About

Welcome to my blog.

Born in Guildford and raised in Elstead, Surrey with wonderful people who I’m still very proud and privileged to call friends. I moved to the South Coast in 2007 where I married, divorced but conjured a beautiful son in between. I completed a stand up comedy course courtesy of Jill Edwards at Komedia, Brighton and started gigging as a comedy new act.

Cycling and pubs have always formed a pleasing backdrop to all this. Less so with pubs now, but at least there will always be cycling.

This blog is not anti-car as I’m a car owner myself but the bicycle will always remain my favourite mode of transport. I detest what people become when they get behind a steering wheel (myself included) and my aversion may also spring from the following reason;

The week before my 10th birthday (Halloween 1982) my father was driving my mother and I home from a birthday party. He needed to turn right on a junction of the A3 (it has a flyover now). This meant crossing over the northbound carriageway. A VW hatchback came hurtling around the corner and smashed into us side on. We were in a transit van and not wearing seat belts as they had not been made compulsory. The Police at the time said had I been wearing one I probably would have been decapitated. This is because the force was so great I took the passenger door with me and hit the A3 head first. A helmet may have protected my head further or given me a spinal injury as well. Who knows? What I do know was I ended up with a multiple fracture of the scull and my leg was ripped to shreds. My hand required extensive stitches.

I thought my hand required stitches because I logically believed any person would stick their hand out to protect themselves as they hit the ground. It turns out I was horrifically wrong, dear reader. I only found the truth very recently from my mother. I was already unconscious when I hit the road. I needed stitches in my hand because motorists were getting so impatient at us for having a nasty car smash, they started to drive their way through the wreckage and drove over my hand. Let’s reiterate; motorists drove over the hand of a 9 year old boy lying unconscious in the road after a massive car smash (the car that hit us was doing 70mph+ according to the skid marks).

All involved, I’m pleased to report, made a full recovery. My belief that motoring brings out the worst in people and is the most anti-social, selfish thing you can do remains unchanged, however.

I have been living back in Surrey since 2015 as my people needed me. Now a wanabee freelance writer (as well as the day job) and founder of the Cycling Embassy of Great Britain. Contact details below.

Thank you for reading.

Cycling CV:

Competed in Grundig Mountain Bike World Challenge 1989

CTC Information Officer (2002-2004)

CTC Right to Ride Representative (2002 – )

Raced Brompton to 5th in Smithfield Nocturne Folding Bike Races (2007)

Founded [and received fantastic support with] Worthing Revolutions Cycle Campaign Group,  Worthing Cycle Forum ( both open to public) and Cycling Embassy of Great Britain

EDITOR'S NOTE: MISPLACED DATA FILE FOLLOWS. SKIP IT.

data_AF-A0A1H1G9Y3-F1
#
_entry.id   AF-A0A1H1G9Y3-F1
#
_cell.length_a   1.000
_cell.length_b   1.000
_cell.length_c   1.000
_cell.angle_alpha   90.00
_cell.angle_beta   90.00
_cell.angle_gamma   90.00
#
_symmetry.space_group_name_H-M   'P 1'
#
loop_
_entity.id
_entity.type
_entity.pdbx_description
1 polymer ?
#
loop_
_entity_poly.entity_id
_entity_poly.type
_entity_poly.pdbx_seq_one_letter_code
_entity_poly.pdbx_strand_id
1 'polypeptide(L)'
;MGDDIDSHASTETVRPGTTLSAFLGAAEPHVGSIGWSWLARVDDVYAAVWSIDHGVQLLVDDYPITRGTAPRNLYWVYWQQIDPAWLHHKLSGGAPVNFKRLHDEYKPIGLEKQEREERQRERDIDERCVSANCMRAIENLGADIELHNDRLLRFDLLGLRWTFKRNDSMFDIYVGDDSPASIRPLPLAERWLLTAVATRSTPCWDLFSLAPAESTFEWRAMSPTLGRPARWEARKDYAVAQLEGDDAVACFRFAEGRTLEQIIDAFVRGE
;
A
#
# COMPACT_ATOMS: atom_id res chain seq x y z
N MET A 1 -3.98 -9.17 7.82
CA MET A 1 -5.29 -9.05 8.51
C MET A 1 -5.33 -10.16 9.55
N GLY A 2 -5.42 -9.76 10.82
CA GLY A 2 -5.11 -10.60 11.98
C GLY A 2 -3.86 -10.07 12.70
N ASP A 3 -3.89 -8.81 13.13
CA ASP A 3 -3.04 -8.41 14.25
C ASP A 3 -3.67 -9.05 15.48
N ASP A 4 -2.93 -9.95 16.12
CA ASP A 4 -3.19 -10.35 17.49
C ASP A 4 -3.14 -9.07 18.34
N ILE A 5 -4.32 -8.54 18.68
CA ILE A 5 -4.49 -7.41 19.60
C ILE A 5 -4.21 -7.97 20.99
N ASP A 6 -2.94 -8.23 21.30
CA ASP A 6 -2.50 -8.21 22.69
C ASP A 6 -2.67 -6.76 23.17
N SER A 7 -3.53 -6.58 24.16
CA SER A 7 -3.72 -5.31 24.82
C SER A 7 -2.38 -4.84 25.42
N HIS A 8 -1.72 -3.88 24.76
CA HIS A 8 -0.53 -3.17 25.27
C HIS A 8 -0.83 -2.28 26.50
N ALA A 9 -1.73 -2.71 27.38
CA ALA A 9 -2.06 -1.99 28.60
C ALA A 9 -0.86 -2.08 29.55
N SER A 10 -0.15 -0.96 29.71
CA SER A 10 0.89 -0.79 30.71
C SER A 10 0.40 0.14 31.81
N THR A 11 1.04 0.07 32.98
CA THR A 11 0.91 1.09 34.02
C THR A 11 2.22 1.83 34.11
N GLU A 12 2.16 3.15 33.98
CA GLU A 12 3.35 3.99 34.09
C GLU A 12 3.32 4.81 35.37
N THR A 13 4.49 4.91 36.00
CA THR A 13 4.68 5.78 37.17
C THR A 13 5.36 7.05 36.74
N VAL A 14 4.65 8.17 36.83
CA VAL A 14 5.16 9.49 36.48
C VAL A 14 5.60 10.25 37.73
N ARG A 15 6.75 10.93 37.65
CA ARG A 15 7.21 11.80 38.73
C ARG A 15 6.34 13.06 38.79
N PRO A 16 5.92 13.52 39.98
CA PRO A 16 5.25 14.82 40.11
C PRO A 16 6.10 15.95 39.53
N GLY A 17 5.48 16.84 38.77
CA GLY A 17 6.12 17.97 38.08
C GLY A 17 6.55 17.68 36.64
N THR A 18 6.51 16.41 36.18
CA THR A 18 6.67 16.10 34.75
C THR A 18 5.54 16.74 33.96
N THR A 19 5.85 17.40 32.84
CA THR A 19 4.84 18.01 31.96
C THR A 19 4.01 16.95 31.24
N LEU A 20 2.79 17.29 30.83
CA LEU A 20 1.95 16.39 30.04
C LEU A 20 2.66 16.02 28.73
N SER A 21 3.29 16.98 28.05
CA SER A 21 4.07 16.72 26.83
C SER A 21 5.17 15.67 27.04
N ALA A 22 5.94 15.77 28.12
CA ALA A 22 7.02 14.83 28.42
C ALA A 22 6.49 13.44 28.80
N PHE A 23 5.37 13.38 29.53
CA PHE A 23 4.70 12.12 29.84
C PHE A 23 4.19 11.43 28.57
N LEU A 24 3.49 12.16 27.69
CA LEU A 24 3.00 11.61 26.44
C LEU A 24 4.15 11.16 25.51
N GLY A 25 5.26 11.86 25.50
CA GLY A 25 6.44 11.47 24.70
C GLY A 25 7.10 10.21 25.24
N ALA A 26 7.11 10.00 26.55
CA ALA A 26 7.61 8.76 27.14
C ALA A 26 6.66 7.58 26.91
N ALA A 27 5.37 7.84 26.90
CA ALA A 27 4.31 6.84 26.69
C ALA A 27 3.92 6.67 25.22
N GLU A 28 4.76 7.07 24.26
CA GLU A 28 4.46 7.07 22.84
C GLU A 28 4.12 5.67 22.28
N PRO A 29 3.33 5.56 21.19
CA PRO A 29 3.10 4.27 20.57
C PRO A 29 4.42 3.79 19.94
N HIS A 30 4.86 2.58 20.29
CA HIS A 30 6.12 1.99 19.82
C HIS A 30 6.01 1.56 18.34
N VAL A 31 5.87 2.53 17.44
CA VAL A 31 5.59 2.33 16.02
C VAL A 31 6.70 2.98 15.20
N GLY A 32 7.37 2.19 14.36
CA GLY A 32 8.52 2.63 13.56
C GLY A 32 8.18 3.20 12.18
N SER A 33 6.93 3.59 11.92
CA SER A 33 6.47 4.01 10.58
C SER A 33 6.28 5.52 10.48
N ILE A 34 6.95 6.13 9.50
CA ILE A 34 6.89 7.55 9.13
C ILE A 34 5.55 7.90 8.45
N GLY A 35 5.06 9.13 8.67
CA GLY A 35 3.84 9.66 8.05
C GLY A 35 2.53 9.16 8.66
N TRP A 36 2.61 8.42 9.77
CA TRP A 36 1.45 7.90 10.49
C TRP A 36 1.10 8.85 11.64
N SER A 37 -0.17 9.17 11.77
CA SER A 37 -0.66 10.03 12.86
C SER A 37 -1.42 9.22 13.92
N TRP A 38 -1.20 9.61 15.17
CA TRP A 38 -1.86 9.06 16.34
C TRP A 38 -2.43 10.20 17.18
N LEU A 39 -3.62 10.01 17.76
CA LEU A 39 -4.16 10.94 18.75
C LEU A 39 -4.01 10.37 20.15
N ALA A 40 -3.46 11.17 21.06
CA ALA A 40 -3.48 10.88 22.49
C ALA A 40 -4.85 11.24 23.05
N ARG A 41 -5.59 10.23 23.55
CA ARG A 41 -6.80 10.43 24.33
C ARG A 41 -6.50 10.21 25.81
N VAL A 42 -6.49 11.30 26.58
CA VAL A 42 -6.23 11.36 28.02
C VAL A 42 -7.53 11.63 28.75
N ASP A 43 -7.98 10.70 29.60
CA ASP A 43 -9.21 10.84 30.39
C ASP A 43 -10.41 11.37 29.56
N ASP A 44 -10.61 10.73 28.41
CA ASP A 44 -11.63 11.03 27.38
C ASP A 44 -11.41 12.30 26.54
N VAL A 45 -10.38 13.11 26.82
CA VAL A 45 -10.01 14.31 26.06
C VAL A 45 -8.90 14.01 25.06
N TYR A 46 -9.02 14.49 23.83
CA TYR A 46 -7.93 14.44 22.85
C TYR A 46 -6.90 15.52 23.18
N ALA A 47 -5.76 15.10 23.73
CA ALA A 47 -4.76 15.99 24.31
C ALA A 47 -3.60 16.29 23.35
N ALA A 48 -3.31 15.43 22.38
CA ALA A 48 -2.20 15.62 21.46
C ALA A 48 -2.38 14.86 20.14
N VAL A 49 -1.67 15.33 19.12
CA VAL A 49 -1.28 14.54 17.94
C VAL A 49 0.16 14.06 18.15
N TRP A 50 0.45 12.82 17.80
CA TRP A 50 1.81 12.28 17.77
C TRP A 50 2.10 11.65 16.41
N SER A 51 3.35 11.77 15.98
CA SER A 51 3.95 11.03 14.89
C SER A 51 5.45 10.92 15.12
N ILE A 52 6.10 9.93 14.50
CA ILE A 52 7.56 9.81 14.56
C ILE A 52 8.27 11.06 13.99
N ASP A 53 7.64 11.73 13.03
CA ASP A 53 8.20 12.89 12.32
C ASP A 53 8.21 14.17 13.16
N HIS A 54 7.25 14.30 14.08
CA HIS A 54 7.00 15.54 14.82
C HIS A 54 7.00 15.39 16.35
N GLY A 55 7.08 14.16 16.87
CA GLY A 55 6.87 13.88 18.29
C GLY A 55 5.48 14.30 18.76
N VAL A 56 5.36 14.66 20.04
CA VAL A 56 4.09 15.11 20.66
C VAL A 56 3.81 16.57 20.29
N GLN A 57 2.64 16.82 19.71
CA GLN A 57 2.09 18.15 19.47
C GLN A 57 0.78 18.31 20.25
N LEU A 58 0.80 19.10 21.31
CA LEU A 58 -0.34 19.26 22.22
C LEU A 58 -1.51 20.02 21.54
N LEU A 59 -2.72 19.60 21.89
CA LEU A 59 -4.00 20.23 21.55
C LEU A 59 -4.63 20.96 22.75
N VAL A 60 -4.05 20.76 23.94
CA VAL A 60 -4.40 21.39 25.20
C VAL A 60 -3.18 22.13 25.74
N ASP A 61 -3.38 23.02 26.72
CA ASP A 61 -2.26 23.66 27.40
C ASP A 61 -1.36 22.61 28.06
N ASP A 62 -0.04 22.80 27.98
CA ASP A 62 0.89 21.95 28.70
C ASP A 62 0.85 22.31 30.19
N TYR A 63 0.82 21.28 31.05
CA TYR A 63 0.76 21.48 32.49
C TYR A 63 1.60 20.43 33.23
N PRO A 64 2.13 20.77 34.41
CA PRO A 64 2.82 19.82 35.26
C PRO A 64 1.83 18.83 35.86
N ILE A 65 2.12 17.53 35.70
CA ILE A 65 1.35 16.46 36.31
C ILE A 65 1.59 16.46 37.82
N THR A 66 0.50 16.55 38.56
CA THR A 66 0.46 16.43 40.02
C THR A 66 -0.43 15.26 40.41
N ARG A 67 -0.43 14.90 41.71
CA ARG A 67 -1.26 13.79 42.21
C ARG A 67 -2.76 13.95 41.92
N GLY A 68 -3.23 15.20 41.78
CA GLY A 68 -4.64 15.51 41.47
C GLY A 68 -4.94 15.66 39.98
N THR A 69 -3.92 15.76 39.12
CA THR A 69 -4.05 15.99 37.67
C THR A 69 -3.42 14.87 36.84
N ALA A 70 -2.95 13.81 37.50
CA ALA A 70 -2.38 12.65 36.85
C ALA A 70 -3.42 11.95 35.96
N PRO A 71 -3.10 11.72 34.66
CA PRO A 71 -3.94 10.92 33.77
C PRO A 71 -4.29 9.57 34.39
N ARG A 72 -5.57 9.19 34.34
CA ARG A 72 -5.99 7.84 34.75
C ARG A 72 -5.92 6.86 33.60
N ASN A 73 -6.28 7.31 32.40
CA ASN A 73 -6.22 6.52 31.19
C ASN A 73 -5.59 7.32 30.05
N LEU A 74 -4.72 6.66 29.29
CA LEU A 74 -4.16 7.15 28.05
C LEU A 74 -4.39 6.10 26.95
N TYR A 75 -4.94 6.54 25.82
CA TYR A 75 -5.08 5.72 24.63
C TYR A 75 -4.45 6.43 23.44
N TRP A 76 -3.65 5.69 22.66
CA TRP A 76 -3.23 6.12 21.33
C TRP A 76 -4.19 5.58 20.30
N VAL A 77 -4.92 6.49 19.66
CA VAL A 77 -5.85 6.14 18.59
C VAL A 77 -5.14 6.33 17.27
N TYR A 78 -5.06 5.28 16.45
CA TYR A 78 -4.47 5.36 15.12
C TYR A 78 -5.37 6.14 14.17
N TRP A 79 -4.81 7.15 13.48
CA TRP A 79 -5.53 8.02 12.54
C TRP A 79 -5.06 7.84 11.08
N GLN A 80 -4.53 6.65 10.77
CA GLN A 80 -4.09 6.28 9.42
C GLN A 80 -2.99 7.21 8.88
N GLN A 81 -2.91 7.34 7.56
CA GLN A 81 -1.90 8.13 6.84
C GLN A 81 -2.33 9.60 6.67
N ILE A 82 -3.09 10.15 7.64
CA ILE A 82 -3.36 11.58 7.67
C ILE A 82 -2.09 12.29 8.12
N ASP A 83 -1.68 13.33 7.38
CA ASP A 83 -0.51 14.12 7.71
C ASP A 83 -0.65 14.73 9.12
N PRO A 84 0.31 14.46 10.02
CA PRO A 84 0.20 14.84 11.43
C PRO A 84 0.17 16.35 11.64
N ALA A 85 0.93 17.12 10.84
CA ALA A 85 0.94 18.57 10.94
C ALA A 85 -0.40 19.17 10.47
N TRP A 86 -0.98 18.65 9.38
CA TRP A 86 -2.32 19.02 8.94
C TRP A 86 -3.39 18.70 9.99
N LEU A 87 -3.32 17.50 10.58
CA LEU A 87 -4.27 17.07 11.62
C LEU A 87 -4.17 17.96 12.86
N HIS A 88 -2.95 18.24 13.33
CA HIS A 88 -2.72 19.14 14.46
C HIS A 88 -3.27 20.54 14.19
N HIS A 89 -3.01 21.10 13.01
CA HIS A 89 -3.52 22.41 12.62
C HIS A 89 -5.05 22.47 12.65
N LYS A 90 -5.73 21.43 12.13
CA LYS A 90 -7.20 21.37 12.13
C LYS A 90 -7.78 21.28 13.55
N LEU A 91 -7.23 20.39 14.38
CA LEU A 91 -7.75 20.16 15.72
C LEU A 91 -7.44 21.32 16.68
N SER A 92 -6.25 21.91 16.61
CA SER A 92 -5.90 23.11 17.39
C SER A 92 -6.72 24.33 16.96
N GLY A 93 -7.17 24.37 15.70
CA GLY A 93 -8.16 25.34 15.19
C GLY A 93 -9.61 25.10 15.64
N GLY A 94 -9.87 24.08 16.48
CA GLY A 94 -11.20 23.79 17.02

Bike Stable

For Touring

Cotic RoadRat (Drop bar with components salvaged by Quest Adventure, Worthing from my Specialized Tricross that got hit in a SMIDSY (Sorry Mate I Didn’t See You) incident. The Tricross frame still hangs in their workshop as it was so battered)

 

KHS Alite 3000 (2010) Mountain Bike

 

Contact:

For all cycling campaigning/writing matters – thatjimdavis@gmail.com

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11 thoughts on “About”

  1. Hello there,

    Really saddened to read your horrible tale.

    I’m a cyclist and agree that it does bring out the worst in all of us – impatience, intolerance and aggression.

    However, I have just covered Bristol’s recent 2 week long cycling festival. It was a fantastic community led event which was very positively received by everyone. And maybe encouraged some non-cyclists to give it a go.

    With all the negative news re Cycling England etc… it gave me a bit of hope for the future.

    1. Thank you for the kind words. Finding out how I actually came by the scar I still carry on my left hand was a bit of a shock! Stitches in 1982 weren’t quite as elegant as they can be now!

      I’ve seen your account of the Bristol Bicycle Festival and it looked a lot of fun! Wonderful photography.

      There’s lots of good out there. And a bicycle is the best way to see it 🙂

  2. Hey there!

    Tried to leave a comment on the other post but didn’t work.

    We’ve got an iPhone app for cyclists that I think you might be keen to look at. It’s called Bike Doctor

  3. About the driving over your hand thing, I was going to say “unbelievable” but sadly it’s not.

    I commute every day from Rubery to Smethwick in Birmingham, either via NCR5 and the canal on my MTB or on any number of road routes I’ve devised on my road bike. Guess which I prefer!

    1. Thanks for the comment. What I found surprising is that many people were shocked by the lack of good manners in 1982. The car-centric damage was WELL under way by then!